I always enjoy seeing what other professors are doing in their American history classrooms. Over at Historical Conversations, Jonathan Den Hartog discusses what his students are reading in his United States survey course. Here is a taste:
Let me start with my U.S. History Survey class. I’m supposed to take the class from First Contact to 1877. So, we’ve already talked about the condition of the Indians of the Americas in 1491, and in the last class we finally introduced the Europeans who will be settling in the New World.
I have a range of books for this class, and if I had more time I’d love to add a few more. This is a good start, though.
I start with a good narrative textbook. In as many cases as possible, I try to avoid this, but for this class it’s worthwhile. I have been most pleased with Eerdman’s text Unto a Good Land, which is distinctive as a survey text for the amount of attention it gives to religious experience in American history.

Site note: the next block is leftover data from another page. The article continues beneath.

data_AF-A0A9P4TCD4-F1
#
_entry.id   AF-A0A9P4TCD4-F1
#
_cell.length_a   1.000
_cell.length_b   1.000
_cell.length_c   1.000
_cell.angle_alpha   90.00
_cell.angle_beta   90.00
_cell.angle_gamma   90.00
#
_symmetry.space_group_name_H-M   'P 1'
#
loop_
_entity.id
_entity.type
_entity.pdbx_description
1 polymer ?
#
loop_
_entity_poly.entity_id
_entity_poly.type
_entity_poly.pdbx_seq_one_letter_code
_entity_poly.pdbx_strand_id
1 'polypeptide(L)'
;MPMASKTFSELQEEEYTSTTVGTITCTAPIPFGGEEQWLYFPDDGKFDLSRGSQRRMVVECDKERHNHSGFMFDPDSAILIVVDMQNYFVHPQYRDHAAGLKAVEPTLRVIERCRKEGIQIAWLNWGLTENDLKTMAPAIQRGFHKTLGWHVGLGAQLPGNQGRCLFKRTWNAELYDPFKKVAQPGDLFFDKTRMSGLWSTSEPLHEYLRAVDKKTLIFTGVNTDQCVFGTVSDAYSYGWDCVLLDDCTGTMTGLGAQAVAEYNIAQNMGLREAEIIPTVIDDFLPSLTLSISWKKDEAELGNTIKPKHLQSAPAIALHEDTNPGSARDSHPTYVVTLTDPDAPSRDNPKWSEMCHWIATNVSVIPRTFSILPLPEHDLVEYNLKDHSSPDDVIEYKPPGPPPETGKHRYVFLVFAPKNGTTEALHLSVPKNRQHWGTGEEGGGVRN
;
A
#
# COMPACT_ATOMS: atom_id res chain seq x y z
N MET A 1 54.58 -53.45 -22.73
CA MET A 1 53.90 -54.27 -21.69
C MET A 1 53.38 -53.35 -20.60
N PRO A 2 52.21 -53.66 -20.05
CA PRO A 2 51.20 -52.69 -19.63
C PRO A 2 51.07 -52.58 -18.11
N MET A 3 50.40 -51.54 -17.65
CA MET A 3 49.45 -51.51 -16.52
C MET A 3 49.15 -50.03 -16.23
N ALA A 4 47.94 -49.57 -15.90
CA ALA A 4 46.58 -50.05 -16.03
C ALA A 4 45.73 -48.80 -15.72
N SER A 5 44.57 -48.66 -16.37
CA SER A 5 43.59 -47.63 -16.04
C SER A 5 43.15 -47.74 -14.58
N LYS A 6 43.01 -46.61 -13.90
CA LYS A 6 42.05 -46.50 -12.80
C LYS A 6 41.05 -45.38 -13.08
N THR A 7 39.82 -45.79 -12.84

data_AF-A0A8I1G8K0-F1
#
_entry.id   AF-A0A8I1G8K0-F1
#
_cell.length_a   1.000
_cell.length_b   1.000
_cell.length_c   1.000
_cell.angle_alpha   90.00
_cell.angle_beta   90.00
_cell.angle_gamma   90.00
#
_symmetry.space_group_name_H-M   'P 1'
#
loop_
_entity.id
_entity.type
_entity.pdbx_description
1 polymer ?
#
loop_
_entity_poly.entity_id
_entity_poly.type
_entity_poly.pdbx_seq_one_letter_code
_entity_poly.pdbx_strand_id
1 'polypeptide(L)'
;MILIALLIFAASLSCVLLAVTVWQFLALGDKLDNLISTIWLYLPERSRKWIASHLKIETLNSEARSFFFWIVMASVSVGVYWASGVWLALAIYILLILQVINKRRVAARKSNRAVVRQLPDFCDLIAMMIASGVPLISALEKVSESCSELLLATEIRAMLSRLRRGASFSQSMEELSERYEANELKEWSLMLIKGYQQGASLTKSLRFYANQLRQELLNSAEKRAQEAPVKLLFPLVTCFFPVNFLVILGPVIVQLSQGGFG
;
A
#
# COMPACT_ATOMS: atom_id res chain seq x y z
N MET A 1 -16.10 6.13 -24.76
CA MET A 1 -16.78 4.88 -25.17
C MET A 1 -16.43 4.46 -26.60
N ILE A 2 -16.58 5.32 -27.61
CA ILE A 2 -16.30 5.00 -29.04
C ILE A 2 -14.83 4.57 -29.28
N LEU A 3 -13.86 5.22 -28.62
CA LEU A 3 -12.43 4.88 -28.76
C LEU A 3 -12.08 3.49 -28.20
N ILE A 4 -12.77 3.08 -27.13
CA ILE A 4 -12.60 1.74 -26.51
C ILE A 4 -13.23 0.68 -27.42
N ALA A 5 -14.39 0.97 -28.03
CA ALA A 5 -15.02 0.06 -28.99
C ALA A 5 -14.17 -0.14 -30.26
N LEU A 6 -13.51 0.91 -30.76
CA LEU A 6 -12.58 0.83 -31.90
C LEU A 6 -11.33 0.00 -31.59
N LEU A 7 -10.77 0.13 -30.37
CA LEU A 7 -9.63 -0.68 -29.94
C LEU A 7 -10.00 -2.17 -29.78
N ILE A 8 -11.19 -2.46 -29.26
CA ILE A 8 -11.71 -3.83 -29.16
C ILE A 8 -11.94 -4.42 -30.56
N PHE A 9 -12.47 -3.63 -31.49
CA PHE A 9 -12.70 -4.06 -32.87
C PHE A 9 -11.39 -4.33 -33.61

What are you reading in your U.S. survey course this semester?
Greg Jones says
I'm teaching the 20th century survey at Geneva College. We're reading Lears' *Rebirth of a Nation*, Hankins *Jesus and Gin*, Kerouac *On the Road*, and Dudziak *Cold War Civil Rights*. The contrasting positions of Lears and Hankins have us off to a spirited start.
I'm planning the US Colonial survey for the spring, so I welcome suggestions there. I hear there's a decent book on America's founding as “Christian nation” or not. We'll see if it squeaks into the syllabus.
I'll second your use of Hankins's book. I've found students really connect with its vivid portrayals of the personalities and issues of the Jazz Age.